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Setting up SpamAssassin

Setting up SpamAssassin is fairly easy. It is a free and open-source SPAM filter written in Perl from the same makers as Apache. This tutorial was made for Ubuntu 18.04 but should work on all (not too old) Ubuntu and Debian versions. Postfix needs to be installed first.

Installation

Let’s begin with the installation.
apt-get install spamassassin spamc

And add a user.
adduser spamd --disabled-login

Configuration of SpamAssassin

Edit the configuration with your favorite editor at /etc/default/spamassassin

ENABLED=0
OPTIONS="--create-prefs --max-children 5 --username spamd --helper-home-dir /home/spamd/ -s /home/spamd/spamd.log"
CRON=1

Then edit /etc/spamassassin/local.cf to set up SPAM rules

rewrite_header Subject ***** SPAM _SCORE_ *****
report_safe             0
required_score          5.0
use_bayes               1
use_bayes_rules         1
bayes_auto_learn        1
skip_rbl_checks         0
use_razor2              0
use_dcc                 0
use_pyzor               0

Configuration of Postfix

Edit /etc/postfix/master.cf to add a content filter to the SMTP server

smtp      inet  n       -       -       -       -       smtpd
    -o content_filter=spamassassin
spamassassin unix -     n       n       -       -       pipe
    user=spamd argv=/usr/bin/spamc -f -e  
    /usr/sbin/sendmail -oi -f ${sender} ${recipient}

For the changes to take effect, use the following commands:

systemctl restart postfix.service
systemctl enable spamassassin.service
systemctl start spamassassin.service

Optional: train SpamAssassin with sa-learn

You can train SpamAssassin to learn what is SPAM or not (also known as ‘ham’) in your particular situation. You do this with the sa-learn command. It is said that it works the best if you let it scan 3000+ ham or SPAM mails but let’s start with what we’ve got. Use it regularly until all or most of the SPAM doesn’t reach your inbox but your spam folder and if that is set be sure to use it once in a while. Be sure to train (an equal amount of) both spam or ham or SpamAssassin wil be biased towards SPAM if you only let it train on that.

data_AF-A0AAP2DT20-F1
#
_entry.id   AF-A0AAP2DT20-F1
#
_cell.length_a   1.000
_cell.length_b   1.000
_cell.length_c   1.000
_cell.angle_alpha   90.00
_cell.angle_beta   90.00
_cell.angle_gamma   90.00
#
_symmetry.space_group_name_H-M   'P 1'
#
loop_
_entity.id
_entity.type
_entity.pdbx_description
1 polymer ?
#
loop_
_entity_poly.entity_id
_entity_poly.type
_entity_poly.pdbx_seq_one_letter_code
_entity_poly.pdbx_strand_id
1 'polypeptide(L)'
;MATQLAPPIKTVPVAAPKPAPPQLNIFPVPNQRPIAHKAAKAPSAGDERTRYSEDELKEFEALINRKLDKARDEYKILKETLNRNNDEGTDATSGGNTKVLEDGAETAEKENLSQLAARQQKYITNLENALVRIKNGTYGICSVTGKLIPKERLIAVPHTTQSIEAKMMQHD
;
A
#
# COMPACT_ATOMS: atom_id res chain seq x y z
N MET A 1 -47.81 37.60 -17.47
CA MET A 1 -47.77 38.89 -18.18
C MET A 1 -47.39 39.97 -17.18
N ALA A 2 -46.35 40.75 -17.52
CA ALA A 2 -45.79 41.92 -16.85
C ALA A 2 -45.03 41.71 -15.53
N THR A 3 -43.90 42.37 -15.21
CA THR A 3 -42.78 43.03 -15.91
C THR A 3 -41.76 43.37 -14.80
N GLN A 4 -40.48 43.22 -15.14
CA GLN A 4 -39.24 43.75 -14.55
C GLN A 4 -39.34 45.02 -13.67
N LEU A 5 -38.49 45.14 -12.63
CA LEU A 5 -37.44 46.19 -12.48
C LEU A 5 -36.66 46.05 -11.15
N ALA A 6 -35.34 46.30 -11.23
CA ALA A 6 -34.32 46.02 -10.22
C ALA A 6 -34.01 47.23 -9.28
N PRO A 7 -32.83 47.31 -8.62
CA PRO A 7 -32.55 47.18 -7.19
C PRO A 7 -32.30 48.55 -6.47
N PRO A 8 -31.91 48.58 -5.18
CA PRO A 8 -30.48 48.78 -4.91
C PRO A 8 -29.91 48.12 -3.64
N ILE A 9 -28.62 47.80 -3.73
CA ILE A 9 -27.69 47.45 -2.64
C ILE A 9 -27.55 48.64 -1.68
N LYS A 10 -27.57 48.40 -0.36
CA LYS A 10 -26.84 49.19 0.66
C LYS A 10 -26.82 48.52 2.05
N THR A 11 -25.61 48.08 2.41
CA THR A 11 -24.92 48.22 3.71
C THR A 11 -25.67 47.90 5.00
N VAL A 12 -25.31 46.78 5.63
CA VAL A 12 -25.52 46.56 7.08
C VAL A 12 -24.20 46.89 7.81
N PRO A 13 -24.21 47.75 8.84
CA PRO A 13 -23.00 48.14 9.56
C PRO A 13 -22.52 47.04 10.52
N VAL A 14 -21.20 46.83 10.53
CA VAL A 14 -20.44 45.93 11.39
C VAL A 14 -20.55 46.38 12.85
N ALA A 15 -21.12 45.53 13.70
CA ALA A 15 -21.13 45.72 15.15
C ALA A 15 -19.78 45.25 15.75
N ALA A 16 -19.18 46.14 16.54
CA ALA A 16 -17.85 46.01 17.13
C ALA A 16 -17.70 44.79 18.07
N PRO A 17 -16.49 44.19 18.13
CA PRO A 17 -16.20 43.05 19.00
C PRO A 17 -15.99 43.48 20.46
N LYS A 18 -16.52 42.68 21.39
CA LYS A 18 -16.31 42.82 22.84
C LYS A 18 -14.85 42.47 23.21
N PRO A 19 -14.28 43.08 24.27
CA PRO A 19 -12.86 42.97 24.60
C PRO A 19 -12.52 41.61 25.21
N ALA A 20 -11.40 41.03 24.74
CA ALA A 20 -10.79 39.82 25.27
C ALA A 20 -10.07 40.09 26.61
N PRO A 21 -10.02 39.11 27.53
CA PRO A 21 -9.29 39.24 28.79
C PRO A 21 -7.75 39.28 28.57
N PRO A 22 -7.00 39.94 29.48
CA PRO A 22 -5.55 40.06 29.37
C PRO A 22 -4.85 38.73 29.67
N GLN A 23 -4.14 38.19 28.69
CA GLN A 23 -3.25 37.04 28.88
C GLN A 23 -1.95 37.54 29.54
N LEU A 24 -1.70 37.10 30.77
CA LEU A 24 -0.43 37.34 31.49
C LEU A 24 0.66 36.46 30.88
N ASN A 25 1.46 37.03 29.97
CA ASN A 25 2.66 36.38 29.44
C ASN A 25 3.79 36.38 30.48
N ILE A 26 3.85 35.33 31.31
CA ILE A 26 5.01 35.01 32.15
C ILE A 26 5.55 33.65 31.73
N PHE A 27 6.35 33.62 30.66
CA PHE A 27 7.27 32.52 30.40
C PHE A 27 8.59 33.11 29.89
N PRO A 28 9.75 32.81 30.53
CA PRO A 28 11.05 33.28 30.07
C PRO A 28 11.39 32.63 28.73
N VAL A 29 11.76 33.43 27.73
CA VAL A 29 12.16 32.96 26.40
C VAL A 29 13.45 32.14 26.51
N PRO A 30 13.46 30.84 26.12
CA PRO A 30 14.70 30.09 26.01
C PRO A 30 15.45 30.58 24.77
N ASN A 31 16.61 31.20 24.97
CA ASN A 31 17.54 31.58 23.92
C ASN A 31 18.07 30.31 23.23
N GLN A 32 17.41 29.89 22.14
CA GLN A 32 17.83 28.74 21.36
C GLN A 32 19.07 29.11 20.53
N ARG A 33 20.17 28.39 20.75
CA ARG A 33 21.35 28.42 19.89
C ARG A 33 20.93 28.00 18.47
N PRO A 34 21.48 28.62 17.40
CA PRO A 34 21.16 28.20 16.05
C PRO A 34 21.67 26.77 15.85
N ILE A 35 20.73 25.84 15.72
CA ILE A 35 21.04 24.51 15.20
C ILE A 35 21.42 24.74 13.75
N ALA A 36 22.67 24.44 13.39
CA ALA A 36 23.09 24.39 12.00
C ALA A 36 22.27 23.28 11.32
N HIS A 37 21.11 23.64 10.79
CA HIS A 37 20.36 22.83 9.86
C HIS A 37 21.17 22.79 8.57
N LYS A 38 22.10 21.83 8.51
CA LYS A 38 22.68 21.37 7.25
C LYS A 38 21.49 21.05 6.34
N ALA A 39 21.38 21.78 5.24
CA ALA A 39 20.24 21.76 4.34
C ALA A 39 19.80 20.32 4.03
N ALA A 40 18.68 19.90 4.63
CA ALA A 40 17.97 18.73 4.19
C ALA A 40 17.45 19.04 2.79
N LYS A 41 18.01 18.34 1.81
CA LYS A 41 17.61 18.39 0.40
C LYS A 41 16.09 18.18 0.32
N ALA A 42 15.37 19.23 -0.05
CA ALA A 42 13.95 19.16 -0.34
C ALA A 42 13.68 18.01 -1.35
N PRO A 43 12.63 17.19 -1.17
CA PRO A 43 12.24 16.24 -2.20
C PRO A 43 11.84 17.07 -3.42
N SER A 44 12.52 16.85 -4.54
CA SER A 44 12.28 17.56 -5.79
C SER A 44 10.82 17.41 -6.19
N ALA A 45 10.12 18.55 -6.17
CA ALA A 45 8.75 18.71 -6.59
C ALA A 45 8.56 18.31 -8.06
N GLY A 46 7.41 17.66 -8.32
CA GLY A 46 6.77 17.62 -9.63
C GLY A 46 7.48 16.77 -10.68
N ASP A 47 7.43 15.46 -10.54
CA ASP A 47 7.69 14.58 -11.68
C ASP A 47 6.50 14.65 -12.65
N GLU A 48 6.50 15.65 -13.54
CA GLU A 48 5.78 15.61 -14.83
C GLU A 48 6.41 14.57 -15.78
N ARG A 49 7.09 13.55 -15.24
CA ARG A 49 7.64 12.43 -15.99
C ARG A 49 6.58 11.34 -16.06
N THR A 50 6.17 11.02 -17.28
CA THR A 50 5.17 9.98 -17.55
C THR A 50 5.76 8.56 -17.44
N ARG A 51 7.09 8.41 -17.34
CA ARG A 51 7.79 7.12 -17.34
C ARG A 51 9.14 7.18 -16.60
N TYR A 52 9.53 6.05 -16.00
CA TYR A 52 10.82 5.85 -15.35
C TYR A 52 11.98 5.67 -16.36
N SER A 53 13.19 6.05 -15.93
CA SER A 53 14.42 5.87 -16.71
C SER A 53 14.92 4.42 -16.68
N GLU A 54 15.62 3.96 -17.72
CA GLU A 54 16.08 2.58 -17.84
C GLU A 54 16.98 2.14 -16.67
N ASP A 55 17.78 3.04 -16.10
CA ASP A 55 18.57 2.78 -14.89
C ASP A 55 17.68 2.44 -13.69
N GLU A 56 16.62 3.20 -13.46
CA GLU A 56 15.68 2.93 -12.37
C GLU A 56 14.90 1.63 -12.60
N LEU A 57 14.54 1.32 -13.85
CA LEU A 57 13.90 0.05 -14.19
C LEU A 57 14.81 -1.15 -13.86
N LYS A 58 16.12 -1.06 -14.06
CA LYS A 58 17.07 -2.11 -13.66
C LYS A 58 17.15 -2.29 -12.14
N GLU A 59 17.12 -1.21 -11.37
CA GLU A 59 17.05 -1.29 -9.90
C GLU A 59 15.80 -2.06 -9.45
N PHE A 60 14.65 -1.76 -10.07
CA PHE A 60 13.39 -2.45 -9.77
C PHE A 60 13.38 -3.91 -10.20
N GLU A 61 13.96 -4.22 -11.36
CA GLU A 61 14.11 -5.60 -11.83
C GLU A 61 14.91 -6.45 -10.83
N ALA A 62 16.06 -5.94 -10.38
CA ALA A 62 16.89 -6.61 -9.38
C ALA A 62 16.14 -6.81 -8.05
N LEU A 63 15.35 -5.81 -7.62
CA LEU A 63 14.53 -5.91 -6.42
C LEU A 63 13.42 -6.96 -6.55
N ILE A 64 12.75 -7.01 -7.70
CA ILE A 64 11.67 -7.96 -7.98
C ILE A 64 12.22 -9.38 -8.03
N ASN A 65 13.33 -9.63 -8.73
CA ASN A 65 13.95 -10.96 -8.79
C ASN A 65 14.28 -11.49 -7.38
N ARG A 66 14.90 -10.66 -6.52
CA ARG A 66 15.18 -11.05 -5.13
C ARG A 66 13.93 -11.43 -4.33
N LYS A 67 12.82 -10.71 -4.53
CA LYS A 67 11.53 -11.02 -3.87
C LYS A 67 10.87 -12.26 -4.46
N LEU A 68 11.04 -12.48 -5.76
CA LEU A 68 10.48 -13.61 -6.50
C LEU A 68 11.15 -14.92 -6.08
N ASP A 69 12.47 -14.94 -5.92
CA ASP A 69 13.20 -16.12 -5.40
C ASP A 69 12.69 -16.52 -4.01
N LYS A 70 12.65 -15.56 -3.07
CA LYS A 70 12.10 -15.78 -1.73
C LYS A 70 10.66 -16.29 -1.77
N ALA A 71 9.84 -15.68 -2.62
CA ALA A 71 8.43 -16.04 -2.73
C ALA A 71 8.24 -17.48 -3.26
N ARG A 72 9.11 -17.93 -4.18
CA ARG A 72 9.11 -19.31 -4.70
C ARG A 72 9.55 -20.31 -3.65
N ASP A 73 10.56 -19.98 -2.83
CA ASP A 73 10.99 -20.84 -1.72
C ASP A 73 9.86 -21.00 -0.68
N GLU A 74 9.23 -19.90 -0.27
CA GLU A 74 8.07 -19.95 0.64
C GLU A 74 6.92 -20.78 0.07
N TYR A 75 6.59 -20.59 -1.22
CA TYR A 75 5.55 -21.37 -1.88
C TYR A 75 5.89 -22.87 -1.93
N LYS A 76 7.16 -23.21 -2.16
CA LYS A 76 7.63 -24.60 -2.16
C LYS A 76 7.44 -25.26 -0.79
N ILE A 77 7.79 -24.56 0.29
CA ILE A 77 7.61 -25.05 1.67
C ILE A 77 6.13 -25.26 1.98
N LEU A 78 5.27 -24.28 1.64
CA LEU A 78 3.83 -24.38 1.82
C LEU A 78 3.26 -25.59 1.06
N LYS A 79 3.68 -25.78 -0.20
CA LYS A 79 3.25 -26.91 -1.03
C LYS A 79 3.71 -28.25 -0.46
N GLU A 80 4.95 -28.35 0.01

Be careful with this commands so you don’t let it think valid mails are SPAM or vice versa! Make sure your inbox is free of SPAM.

The basic command to train SPAM (for the mbox format) is:
sa-learn --no-sync --spam --mbox ~/mail/spam

This will scan all the mail in the folder /home/user/mail/spam and remember it to be SPAM. To train ham you can use the following commands:
sa-learn --no-sync --ham --mbox ~/mail/mailinglists or
sa-learn --no-sync --ham --mbox ~/mail/family

The inbox in the mbox format is mostly found at /var/spool/mail/[user]

After that you’ll need to let sa-learn rebuild it’s index and clean up after itself with
sa-learn --sync

If you want to see what is in the database now, use
sa-learn --dump magic

The command for the mbx format is:
sa-learn --no-sync [--spam or --ham] --mbx [folder]

the inbox would presumably be reached with:
sa-learn --no-sync --ham --mbx INBOX

And the command for the Maildir format is:
sa-learn --no-sync [--spam or --ham] [folder/{cur,new}]

for example:
sa-learn --no-sync --spam /folder/.INBOX.Spam/{cur,new}

or
sa-learn --no-sync --ham /folder/.INBOX.family/{cur,new}

This should cover it. Good luck with the setup! Questions? Go to contact or leave a comment.

Sources: myself, fasial.com and Vorkbaard

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